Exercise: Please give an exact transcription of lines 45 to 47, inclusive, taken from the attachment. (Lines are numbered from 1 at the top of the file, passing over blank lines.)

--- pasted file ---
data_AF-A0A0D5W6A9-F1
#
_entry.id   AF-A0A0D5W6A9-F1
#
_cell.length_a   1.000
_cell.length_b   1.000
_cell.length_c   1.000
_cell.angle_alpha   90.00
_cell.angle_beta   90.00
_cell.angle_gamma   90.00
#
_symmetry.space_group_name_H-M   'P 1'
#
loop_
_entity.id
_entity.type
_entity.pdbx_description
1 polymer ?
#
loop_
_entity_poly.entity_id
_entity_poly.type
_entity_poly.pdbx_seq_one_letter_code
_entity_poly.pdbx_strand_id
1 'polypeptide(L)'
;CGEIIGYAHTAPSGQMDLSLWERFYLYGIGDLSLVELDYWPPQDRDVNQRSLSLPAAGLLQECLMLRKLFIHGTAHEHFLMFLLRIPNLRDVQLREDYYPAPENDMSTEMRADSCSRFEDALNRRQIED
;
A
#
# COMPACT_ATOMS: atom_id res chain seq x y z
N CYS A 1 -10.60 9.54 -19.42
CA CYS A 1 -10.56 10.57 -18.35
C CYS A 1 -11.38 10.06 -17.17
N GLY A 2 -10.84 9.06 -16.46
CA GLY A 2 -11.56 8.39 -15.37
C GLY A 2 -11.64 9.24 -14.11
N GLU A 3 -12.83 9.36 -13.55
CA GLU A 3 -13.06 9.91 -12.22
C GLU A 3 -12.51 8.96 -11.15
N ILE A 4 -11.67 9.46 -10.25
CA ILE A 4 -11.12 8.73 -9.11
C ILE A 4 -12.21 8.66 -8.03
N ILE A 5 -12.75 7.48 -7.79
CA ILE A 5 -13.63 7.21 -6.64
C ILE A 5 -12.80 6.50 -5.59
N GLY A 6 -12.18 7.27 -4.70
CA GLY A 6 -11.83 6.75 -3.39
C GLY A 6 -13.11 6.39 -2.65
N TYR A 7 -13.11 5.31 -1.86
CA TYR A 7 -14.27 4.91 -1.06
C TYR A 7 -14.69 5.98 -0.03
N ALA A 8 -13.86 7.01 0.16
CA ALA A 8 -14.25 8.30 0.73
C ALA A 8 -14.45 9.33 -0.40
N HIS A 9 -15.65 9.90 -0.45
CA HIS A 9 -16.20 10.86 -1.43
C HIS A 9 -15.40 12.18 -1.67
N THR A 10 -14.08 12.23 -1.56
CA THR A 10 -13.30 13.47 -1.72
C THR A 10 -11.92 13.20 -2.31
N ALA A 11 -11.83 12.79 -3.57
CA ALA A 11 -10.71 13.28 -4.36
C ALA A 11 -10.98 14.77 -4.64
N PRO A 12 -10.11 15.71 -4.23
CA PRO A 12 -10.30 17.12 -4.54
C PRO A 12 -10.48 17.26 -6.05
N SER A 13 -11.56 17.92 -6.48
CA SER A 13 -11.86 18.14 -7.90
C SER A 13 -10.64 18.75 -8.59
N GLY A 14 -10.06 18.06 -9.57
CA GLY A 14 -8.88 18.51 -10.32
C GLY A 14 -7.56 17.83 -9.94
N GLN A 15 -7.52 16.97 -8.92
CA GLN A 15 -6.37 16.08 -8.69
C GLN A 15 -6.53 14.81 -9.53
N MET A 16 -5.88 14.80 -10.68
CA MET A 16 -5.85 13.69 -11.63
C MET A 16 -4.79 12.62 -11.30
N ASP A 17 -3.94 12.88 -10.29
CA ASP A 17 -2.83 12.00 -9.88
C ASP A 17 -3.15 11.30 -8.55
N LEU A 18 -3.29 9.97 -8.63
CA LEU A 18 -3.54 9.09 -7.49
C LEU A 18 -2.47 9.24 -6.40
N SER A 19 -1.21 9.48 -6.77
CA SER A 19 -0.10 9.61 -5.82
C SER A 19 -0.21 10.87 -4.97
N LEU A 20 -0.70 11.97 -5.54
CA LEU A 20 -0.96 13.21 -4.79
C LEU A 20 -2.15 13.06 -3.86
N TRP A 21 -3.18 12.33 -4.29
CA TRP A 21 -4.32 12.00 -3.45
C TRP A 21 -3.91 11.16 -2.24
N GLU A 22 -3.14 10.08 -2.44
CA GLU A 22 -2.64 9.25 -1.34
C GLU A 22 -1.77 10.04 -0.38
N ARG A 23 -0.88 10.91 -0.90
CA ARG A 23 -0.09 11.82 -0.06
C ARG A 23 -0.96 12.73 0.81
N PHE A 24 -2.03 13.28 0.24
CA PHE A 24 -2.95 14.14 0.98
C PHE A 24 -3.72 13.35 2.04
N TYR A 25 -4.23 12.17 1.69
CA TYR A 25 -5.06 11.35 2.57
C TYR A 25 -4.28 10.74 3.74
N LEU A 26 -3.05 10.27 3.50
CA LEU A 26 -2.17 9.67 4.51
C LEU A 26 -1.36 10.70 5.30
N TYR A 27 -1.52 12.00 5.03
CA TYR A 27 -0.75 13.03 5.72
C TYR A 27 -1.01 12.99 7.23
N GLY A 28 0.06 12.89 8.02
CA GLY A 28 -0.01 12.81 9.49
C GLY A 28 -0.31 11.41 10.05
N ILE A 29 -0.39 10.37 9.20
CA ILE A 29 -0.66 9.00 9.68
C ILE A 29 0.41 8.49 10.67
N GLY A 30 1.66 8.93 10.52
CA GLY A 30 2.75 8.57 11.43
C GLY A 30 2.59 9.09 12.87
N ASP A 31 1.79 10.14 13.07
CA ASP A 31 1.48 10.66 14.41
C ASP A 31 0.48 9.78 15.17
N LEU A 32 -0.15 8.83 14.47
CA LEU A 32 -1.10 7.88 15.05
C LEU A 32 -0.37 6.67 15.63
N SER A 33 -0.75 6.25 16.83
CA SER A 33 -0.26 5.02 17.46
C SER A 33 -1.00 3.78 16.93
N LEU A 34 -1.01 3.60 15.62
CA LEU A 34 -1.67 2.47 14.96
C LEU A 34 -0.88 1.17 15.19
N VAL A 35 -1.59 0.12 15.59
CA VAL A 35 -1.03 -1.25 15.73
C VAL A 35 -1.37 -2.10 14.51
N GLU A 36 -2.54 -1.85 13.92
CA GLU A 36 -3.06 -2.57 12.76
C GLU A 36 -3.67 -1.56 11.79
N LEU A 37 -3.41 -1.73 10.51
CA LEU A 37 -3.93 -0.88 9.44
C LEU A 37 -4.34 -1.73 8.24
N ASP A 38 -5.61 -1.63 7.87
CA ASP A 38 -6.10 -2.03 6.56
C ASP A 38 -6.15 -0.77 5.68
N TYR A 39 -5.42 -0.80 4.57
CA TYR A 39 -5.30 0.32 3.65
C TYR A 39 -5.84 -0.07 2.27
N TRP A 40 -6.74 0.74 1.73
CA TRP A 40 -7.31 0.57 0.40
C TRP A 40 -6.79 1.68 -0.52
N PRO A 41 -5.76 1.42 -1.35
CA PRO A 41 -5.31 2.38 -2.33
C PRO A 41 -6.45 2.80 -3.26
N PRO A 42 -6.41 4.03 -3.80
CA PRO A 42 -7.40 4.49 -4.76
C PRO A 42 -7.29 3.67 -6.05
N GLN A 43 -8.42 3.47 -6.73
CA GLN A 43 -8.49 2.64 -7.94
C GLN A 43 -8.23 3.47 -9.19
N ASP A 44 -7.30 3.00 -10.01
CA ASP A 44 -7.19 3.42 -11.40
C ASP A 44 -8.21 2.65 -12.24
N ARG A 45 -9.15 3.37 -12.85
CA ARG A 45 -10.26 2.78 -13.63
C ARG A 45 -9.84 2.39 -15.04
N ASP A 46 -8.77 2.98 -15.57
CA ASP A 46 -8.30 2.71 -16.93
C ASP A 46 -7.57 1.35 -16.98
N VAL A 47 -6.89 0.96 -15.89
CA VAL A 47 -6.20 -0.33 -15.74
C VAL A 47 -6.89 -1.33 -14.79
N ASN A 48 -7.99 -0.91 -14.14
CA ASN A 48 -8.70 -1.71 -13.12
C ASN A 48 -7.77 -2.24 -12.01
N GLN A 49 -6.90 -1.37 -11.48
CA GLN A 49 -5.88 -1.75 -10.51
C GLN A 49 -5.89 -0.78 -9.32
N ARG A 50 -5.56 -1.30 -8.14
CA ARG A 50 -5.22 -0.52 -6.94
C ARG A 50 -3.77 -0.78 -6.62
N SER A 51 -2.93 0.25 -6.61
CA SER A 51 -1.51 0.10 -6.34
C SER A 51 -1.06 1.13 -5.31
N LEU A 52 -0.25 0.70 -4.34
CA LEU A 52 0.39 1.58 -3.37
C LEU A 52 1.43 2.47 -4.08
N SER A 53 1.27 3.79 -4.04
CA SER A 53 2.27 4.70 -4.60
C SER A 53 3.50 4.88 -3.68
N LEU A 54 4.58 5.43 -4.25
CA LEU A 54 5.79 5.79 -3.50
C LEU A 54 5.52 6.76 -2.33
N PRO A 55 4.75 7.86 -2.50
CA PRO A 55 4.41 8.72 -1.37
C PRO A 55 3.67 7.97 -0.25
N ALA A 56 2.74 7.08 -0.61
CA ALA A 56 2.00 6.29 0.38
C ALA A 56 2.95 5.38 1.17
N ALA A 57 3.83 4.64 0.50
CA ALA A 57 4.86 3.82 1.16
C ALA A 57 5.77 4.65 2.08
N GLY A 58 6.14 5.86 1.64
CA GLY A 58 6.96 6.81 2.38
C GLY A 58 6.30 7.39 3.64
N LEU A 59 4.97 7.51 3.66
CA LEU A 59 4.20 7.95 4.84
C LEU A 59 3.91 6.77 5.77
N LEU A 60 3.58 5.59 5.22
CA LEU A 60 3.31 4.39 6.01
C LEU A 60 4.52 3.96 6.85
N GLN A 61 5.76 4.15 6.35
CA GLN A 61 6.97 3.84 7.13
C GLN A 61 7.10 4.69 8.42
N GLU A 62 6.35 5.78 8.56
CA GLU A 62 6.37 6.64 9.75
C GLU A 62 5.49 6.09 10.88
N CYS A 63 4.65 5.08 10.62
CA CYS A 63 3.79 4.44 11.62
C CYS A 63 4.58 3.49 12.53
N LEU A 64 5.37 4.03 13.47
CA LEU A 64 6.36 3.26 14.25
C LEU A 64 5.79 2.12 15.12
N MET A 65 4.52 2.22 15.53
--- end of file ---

C ILE A 5 -12.80 6.50 -5.59
N GLY A 6 -12.18 7.27 -4.70
CA GLY A 6 -11.83 6.75 -3.39